A Familiar Story
What was the first slasher? I always consider it to be Agatha Christie’s 1939 novel And Then There Were None where a group of 10 people gather at a house on an island where they are systematically killed off one-by-one by an unknown killer. It’s been adapted as a movie several times, usually under the title Ten Little Indians. What really makes April Fool’s Day so unique is what it has in common with And Then There Were None – making it a film that feels much more like a well-crafted mystery instead of a horror film. Many critics complained about the film’s ending, calling it a cop-out even though the ending totally fits with the rest of the movie, is alluded to several times and is a fitting conclusion to a great mystery story.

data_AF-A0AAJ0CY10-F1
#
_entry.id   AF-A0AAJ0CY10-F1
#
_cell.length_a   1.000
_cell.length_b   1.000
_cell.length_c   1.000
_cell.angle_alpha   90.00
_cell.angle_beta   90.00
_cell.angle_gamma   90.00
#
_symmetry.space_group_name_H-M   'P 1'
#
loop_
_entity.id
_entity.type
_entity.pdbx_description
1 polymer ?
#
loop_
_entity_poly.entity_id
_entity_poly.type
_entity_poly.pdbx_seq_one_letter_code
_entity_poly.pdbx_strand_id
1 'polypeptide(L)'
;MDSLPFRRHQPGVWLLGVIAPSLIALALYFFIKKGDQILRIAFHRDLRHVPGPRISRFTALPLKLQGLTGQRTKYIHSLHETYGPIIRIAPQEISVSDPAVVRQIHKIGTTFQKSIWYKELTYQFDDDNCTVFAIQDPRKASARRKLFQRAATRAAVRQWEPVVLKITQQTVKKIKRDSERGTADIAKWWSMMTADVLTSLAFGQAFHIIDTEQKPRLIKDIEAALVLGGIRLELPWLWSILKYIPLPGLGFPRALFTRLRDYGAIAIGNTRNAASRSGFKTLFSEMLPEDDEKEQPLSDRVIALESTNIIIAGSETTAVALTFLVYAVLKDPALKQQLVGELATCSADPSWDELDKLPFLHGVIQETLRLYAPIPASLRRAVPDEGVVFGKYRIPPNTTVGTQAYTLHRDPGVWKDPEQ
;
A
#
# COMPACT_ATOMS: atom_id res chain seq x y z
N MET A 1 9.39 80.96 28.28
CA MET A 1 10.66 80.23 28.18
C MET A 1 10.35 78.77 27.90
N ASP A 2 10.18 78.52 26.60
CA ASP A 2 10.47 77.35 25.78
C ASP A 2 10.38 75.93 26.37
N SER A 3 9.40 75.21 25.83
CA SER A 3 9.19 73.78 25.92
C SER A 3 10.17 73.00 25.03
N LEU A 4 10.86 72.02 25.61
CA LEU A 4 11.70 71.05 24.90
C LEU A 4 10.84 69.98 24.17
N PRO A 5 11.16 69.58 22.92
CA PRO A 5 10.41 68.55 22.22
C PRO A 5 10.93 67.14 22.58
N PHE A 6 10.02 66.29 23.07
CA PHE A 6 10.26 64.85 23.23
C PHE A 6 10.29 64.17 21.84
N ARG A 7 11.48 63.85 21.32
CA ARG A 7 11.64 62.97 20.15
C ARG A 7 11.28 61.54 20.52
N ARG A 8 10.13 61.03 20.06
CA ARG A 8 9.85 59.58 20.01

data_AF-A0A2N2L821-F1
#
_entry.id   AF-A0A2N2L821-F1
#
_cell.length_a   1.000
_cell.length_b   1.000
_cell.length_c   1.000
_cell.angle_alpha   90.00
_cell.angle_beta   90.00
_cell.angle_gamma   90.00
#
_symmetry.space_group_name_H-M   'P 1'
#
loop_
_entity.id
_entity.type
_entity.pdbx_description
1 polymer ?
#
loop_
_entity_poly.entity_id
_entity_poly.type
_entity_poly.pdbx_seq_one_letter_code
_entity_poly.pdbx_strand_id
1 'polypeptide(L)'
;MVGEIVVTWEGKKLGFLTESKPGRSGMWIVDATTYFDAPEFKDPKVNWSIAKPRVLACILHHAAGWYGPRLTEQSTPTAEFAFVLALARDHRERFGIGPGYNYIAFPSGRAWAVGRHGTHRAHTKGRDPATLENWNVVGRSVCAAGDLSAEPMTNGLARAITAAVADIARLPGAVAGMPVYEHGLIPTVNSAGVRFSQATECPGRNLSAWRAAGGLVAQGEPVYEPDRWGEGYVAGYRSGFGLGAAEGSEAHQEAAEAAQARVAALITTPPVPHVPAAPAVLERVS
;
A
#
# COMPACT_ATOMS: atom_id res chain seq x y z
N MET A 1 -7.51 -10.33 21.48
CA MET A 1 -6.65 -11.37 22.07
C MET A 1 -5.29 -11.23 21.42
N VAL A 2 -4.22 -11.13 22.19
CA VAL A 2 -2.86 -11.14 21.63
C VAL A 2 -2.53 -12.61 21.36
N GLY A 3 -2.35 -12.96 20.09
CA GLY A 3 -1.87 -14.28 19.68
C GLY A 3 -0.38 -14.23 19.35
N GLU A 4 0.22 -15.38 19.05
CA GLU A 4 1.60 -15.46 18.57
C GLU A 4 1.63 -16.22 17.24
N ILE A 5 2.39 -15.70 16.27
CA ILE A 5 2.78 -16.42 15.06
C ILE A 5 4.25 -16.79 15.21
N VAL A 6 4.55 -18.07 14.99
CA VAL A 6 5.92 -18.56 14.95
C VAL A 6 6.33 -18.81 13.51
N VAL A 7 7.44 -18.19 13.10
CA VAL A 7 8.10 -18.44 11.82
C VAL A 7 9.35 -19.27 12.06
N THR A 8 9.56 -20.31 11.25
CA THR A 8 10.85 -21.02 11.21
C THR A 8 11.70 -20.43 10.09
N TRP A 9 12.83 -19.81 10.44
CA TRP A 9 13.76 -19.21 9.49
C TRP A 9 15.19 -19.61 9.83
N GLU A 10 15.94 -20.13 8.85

April Fool’s Day takes place on an island as a group of people begin to get systematically murdered off. There is a mystery to solve here. On top of this, it’s April Fool’s Day, so there is a whole school of Red Herrings in this movie as the characters and the audience both don’t know what’s a prank, what’s a clue to the mystery or if a character has indeed been killed or not. Every character death happens off-screen, emphasizing the point that the story is carried by the death of a character rather than in other slasher films where the characters on-screen deaths are the focus of the whole film. April Fool’s Day has a lot more in common with a classical mystery-suspense story than it does with the slasher genre but, alas, it’s forever to be associated with the slasher genre.
A Cult Following